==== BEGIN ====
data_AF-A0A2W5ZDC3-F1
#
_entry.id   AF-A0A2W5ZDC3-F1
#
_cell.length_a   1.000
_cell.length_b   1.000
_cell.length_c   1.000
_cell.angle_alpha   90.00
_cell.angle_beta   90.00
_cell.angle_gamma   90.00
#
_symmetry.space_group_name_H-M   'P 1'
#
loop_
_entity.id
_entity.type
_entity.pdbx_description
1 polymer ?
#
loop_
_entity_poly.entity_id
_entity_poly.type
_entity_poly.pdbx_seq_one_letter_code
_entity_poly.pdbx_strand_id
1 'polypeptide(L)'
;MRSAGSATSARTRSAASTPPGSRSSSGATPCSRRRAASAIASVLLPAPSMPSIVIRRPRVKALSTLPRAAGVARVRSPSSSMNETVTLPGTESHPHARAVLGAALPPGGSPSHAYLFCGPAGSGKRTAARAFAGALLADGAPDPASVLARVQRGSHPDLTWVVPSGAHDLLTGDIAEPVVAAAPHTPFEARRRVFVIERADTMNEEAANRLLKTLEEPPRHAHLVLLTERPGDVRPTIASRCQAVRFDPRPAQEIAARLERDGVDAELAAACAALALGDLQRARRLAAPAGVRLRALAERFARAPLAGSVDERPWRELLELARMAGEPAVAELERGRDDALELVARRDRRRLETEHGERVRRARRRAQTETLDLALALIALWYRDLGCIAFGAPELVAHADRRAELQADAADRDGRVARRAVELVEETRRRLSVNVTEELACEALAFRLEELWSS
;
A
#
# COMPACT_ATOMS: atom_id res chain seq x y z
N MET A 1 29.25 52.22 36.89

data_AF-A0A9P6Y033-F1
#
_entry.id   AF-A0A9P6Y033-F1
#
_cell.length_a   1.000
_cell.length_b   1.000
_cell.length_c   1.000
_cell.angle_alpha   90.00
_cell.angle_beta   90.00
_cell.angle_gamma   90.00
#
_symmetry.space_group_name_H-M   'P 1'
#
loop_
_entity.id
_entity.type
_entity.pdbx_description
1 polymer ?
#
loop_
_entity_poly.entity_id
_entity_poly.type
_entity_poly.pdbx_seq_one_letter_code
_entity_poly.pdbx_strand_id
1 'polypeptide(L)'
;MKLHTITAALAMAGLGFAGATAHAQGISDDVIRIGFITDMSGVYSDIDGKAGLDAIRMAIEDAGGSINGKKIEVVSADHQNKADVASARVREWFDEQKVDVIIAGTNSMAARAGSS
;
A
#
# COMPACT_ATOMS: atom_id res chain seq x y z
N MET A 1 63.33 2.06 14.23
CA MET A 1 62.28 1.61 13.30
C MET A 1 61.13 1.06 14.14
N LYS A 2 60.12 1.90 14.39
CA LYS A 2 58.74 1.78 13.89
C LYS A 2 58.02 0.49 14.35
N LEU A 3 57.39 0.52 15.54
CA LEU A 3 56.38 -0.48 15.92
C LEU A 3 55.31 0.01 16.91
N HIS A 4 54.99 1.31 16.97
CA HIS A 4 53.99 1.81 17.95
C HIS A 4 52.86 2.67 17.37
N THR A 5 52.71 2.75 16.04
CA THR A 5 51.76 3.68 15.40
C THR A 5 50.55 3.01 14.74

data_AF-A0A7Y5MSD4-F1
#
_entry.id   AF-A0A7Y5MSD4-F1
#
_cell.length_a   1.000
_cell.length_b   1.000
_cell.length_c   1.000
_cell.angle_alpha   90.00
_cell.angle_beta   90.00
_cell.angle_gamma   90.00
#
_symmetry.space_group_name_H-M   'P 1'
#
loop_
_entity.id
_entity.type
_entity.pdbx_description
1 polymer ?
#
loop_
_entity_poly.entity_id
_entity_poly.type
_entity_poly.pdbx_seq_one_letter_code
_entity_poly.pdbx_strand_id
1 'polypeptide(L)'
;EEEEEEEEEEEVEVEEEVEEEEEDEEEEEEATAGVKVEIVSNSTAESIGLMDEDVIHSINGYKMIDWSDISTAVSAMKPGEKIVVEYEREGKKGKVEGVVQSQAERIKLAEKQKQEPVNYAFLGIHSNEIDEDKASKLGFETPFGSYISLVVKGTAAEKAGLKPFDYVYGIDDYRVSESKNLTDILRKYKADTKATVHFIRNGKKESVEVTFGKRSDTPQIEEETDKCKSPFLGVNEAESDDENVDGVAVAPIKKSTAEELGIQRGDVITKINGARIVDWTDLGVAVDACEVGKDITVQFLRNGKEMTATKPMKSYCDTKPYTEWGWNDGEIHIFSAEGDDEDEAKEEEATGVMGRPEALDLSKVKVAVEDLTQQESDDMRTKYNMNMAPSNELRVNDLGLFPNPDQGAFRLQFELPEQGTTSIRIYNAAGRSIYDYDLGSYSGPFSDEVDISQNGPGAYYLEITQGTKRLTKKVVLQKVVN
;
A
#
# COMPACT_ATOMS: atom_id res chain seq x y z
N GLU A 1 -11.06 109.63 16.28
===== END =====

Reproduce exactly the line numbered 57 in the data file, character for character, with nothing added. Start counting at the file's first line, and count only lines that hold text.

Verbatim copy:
;MKLHTITAALAMAGLGFAGATAHAQGISDDVIRIGFITDMSGVYSDIDGKAGLDAIRMAIEDAGGSINGKKIEVVSADHQNKADVASARVREWFDEQKVDVIIAGTNSMAARAGSS